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The NVIDIA GTX 1070 Ti Performance Review

Author: SKYMTL
Date: November 1, 2017
Product Name: GTX 1070 Ti
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NVIDIAís launch of their new GTX 1070 Ti is both senseless and completely sensible depending on which way you tend to look at things. The emotional among you are going to wonder why NVIDIA is even bothering to introduce a new product into a lineup thatís more than a year old. On the other hand people who look at things in an analytical fashion will see a yawning gap between the GTX 1080 and GTX 1070 thatís just begging to be filled by a GeForce offering. In my view at least, the actual story behind the GTX 1070 Ti is a bit more complicated than either of those simple explanations.

Unless youíve been living under a rock for the better part of a year, it should be more than obvious that todayís graphics card market is in a state of flux. Cryptocurrency mining has driven up pricing to stratospheric levels and even at those inflated costs, actually finding a new video card is becoming increasingly difficult. Coupled with the influx of demand propagated by the upcoming Christmas shopping season and Black Friday, this situation is creating a perfect storm that risks emptying retailersí shelves completely. From a business perspective, NVIDIA couldnít pass up the opportunity to introduce some fresh blood into a segment that people are ready and more than willing to buy into.

The other point I wanted to raise focuses on competition, or what AMD has that can be sort of considered a competing solution: the RX Vega 56. I wonít dwell too long on Vegaís failures since that particular dead horse has already been beaten to a bloody pulp and itís already headed for the knackers. But despite being overly power hungry, available in laughably short supply and marked up by retailers to insane heights, the RX Vega 56 was a faint glimmer of hope in an otherwise drab AMD launch. Its in-game performance slotted in perfectly between the GTX 1080 and GTX 1070 and a price of $399 was more than fair. This was a clarion call for NVIDIA to respond and respond they didÖ..more than two months later with the GTX 1070 Ti.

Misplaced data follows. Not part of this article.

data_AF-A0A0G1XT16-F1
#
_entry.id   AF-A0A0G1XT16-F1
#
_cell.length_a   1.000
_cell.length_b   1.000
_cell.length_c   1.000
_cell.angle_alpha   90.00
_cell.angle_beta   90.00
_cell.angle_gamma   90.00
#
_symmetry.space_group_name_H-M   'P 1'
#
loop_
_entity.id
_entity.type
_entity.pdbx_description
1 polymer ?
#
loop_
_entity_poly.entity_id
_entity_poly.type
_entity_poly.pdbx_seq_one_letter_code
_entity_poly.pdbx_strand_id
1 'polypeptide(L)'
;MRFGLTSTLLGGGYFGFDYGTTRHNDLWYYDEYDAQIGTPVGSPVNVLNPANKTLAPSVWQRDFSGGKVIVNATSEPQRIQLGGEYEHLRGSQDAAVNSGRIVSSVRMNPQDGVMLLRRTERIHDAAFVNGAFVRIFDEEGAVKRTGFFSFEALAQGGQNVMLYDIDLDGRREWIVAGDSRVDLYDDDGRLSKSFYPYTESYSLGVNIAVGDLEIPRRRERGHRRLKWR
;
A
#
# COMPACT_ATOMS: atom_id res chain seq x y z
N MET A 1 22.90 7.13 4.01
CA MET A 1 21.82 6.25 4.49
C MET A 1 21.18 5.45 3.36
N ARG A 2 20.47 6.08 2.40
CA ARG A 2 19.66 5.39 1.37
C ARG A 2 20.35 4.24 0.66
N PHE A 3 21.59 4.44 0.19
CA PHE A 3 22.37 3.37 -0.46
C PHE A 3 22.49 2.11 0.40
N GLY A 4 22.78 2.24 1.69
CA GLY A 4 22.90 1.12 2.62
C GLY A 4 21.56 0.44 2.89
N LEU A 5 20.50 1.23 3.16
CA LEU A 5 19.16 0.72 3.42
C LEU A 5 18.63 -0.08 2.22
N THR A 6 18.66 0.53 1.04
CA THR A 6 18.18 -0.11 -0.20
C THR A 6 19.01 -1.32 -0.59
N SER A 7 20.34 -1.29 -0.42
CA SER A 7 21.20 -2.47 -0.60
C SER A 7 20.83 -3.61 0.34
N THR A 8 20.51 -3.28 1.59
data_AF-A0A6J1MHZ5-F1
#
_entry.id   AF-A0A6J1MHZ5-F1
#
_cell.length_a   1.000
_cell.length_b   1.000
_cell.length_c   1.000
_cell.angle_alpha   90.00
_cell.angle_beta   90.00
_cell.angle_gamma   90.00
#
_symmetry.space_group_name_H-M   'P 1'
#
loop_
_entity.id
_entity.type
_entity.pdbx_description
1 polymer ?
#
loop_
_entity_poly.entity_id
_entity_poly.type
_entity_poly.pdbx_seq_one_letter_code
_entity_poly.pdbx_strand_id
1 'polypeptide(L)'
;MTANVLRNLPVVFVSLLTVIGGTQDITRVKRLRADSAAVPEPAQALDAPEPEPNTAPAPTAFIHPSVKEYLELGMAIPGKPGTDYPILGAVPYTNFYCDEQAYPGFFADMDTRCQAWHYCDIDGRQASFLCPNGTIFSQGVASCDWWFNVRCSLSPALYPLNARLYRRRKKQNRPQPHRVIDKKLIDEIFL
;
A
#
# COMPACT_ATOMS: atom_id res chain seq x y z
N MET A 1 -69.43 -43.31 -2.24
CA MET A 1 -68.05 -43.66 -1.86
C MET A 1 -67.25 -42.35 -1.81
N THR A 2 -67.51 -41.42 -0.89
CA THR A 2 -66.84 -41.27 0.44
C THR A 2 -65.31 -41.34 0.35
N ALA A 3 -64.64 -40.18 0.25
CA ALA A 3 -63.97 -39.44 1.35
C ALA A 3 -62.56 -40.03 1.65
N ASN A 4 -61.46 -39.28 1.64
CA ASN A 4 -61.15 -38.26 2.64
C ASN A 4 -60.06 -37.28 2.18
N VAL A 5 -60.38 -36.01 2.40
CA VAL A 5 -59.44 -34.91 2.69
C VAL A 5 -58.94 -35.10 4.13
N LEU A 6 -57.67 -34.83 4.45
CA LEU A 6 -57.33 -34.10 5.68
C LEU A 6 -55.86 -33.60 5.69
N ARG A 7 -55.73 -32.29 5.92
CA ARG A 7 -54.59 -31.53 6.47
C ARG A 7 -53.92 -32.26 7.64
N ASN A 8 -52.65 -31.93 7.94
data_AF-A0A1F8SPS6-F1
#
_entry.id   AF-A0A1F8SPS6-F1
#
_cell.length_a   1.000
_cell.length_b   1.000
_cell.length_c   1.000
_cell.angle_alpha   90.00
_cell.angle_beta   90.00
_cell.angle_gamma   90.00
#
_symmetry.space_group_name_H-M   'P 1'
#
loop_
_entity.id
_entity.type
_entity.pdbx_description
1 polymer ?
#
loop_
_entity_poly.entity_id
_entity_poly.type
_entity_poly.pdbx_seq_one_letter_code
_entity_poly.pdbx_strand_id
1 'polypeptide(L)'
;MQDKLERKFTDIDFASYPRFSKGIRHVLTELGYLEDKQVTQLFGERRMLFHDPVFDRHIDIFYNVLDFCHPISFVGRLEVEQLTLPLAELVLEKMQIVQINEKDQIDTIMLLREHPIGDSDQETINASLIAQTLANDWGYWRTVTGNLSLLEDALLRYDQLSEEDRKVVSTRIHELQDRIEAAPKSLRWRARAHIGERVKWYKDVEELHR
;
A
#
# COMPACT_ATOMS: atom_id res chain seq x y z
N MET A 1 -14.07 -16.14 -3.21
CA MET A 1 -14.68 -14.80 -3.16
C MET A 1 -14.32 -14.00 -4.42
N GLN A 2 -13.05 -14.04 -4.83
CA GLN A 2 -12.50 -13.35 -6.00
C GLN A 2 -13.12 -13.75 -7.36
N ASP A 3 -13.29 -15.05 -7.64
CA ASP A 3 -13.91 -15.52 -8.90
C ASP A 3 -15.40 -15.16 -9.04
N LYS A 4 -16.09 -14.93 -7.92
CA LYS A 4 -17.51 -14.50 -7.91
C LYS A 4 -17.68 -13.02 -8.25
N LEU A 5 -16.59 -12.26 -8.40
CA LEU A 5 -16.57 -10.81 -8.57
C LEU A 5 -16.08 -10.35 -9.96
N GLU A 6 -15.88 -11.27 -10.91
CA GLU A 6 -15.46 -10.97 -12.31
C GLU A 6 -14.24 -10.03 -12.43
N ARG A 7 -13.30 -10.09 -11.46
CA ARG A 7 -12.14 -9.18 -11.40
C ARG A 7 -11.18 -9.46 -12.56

At the heart of this particular card lies a very familiar face: the GP104 core which was previously seen on the GTX 1080 and GTX 1070. Yet unlike the GTX 1070 which had five Streaming Multiprocessors (or a whole GPC) disabled, the GTX 1070 Ti only has a single SM cut off. Thatís the only real change from a core layout perspective. Thereís still a 256-bit memory bus spread across eight controllers and 64 ROPs alongside a completely intact L2 cache structure.

Right about now Iím sure youíre thinking exactly the same thing my brain was when I was first told about the GTX 1070 Tiís specifications: how in the world is NVIDIA going to insure there isnít a confusing amount of overlap between it and the more expensive GTX 1080? Well thatís a bit convoluted so hold on while I try to explain things.


Despite core layouts that are very similar, there are still some major points of differentiation between the 1080 and 1070 Ti. First and foremost among those is the GTX 1070 Tiís truncated Boost Clock of 1683MHz (a number that can fluctuate upwards or downwards depending upon GeForce Boostís algorithms) but perhaps the most significant shift is on the memory front. While the GTX 1080 utilizes a GDDR5X backbone that has since been updated to 11Gbps, the GTX 1070 Ti has 8GB of GDDR5 operating at 8Gbps or precisely the same speed as NVIDIAís GTX 1070. Will that be enough to differentiate one from the other? Perhaps in bandwidth-limited scenarios but not in too many other situations.